.

51.
Future Simple Tense (Future Indefinite) - , ,
. :
later , tomorrow [t mru] , the day after tomorrow ,
in a day , next Monday , soon [sn]
next week, month, year , , .
.
will [wl], shall [l] ( 1 . . )
, .
will shall .
1. :

Next week I will go to school.


We will have six lessons.
The fifth lesson will be English.
I will translate a Russian text.
I think I will get a good mark.

.
.
.
.
, .
90

;
, . ,
[l] :
Ill [al] hell [hl] shell [l] itll [tl] well [wl] youll [jl] theyll [el]
I'll come later. .
Youll help them. .

They'll do everything. .
We'll go to the zoo. .

will:
I will not go there. I will not carry this bag. We'll not take a taxi. They will not wait for us.
not:
shall not shant [nt], will not wont [ wunt].
I shant say it to your mother.
.
They wont give back our money.
.
will:
2. :

Will we go to Moscow next year?


Where will we live?
When will we have dinner?
Who will buy vegetables?
Will you drink tea or milk?
You will stay, won't you?

?
?
?
?
?
, ?

:
-. shall I...?
shall we...? - .
Shall we wait for you?
?
Shall I do it?
?
5. -:

? ?
? . . ,
? . . .
:
if when Future Simple , Present Simple:
I will go to the cinema if I finish the work.
, .
When Nick comes Ill help him.
, .

52.
Past Simple Tense (Past Indefinite) ,
. :
once , yesterday , the day before yesterday ,
last week , last spring , an hour ago ,
first , then ,
after that
do did
. did
not: didn't.

.
91

1. :

It rained yesterday.
We played basketball in the gym.
The game started at five oclock.
We waited for you.
We needed your help.

.
.
.
.
.

2. :

We watched TV in the evening.


Mum washed my clothes.
My sister fried fish.
She asked me for help.
I mixed juices.

.
.
.
.
.

3. :

The teacher helped her students to do exercises. Everybody worked at the lesson. All children liked
the lesson. Some students missed the classes. They were ill. After classes some students stayed in
the classroom. They planned their work. We waited for our friends. Then we walked in the park.
Many children played ball there and cycled. Some boys trained. Nobody wanted to go home.
4. :

Once I went for a walk.


I met my friend in the yard.
He sat on a bench and read a book.
First we played in the garden.
After that we had supper.

.
.
.
.
.

5. :

It did not rain last week.


I didn't go for a walk yesterday.
We didn't do our homework.
They didn't write this exercise.
We didn't understand that text.

.
.
.
.
.

.
6. :

Did it rain yesterday?


When did your parents go to the garden?
What did they do there?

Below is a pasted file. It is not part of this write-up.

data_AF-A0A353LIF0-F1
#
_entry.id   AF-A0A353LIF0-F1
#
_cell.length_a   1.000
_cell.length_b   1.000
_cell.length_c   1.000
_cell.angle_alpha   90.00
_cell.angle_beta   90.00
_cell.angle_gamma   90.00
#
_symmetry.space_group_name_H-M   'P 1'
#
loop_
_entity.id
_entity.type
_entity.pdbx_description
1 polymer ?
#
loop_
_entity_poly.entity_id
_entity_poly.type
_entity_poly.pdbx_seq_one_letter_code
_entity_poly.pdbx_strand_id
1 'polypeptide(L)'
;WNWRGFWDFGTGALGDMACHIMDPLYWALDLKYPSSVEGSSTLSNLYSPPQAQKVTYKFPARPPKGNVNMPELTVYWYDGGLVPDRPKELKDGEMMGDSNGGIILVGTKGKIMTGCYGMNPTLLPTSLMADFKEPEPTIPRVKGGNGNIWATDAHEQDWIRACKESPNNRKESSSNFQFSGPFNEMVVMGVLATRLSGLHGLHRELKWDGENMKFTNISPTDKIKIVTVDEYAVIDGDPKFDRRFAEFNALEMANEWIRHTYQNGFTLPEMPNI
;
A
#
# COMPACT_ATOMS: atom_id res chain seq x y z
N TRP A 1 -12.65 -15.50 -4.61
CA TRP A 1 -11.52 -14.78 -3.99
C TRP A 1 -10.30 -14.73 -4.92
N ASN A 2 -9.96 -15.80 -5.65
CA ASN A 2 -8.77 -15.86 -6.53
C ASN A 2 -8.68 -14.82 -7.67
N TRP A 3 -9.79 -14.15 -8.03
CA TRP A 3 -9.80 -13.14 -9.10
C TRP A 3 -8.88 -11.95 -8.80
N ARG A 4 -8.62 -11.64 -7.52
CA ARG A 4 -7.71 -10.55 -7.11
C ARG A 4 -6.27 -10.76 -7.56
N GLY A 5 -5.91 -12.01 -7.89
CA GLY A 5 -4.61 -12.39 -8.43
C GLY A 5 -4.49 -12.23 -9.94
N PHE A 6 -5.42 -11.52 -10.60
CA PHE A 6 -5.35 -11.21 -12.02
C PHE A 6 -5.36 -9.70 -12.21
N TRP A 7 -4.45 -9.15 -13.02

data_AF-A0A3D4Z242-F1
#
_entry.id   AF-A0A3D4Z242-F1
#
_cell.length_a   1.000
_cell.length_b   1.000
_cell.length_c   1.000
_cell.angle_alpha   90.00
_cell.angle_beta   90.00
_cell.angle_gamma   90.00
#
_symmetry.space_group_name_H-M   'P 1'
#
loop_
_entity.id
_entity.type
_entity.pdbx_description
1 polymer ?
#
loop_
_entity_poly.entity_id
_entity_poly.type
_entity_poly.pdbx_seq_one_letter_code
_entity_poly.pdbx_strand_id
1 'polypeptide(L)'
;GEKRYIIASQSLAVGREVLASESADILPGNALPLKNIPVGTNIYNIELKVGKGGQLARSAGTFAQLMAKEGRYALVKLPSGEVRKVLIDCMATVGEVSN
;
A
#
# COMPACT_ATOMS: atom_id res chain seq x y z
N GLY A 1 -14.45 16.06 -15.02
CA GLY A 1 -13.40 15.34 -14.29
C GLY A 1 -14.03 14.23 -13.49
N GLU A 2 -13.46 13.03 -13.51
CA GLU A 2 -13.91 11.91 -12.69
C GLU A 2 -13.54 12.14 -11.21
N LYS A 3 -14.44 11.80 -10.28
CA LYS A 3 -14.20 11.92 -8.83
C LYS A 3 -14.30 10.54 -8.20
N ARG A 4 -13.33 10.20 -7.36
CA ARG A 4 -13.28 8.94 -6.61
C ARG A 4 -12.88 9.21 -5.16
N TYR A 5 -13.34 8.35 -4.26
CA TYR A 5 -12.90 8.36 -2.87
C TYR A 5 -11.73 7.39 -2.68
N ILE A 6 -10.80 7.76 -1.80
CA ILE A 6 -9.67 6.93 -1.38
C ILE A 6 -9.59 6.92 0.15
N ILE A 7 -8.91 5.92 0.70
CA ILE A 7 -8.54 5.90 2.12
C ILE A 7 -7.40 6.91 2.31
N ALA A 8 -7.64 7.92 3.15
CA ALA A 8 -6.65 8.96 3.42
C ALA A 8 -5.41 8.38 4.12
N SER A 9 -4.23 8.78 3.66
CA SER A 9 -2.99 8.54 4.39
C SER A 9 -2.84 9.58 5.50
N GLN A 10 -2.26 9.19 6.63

Why did you stay there for a long time?
Did you play in the park or in the yard?
You didn't see Mark, did you?

?
?
?
?
?
, ?

2 .
7. :

Did you have lunch at two o'clock?


Did you go to the garden last week?
Did Jane paint this picture?
Did they watch TV or play?
Jake played football, didn't he?

Yes, I did. I had lunch with my brother.


Yes, we did. We went there on Friday.
Yes, she did. She painted it very well.
They watched TV.
Yes, he did. He played football in the gym.

: who .
. did to be, happen.
92

8. :

Who knew that student?


Why were you absent last week?
Was there anything in the box?
Were there any people in the room?
What happened to your aunt?
What happened next?

?
?
- ?
?
?
?

9. -:

. ?
? ? ? ?
? ? ? ?
53.
Present Perfect Tense
,
. :
already [l red] just yet never ever .
have (has 3 )
, .
,
.
: Present Perfect Tense yesterday,
last week, today, just now ( ) ,
when (). Past Simple Tense.
1. :

I have taken your pen.


My friend has already had dinner.
I have just seen the teacher.
The English teacher has already gone.
We have been to Moscow.
I have heard the news.

.
.
.
.
.
.


. :
I've [av] you've [jv] we've [wv] they've [ev] he's [hz] she's [z] it's [ts]
not,
have (has): havent , hasnt.
2. :

I have not taken your book.


The teacher has not come yet.
My sister hasn't been to America.
I have never met this man.
Ive never seen the Black Sea.

.
.
.
.
.

:
?
Were you in Moscow last summer?
, .
Yes, I was in Moscow on a trip.
- ?
Have you ever been to Minsk?
, .
Yes, I have been to Minsk.
93

3. :

Have you written the letter?


Where have you been?
What have you done?
Why have you done it?
Who has seen my bag?
Has Simon fed the dog?
Have the girls drunk tea or coffee?
Dirk has finished his work, hasn't he?
You have visited Dick, haven't you?

?
?
?
?
?
?
?
, ?
, ?

4. :

After I have done the sums I play.


After I have had lunch I go home.
After Irma has washed the linen she dries them.
When I have seen films I go to bed.
When we have played sports we have a rest.

, , .
.
.
, .
.

5. -:

? - ? - ?
. ? .
? . . . .

54.
2 .
, -
. , , ,
. (Passive [ psv] Voice) ,
, .
1. :

These juices are mixed.


The fishes are fried in this pan.
The meat must be cut in pieces.
All my works are planned.
That man is wanted.
Is the dress made of silk?
Are the things made in China?

.
.
.
.
.
?
?


to be , 3- .
, , by.
, with.
Simple Present Passive - :
am, is, are + 3
Simple Past Passive -
was, were +
Simple Future Passive -
Will be +

- .
94

2. :

I was born in Russia.


My parents were born in 1971.
Was the letter written by this man?
The text was written with the pencil.
The work was done in time.
All works were tested.

.
1971 .
?
.
.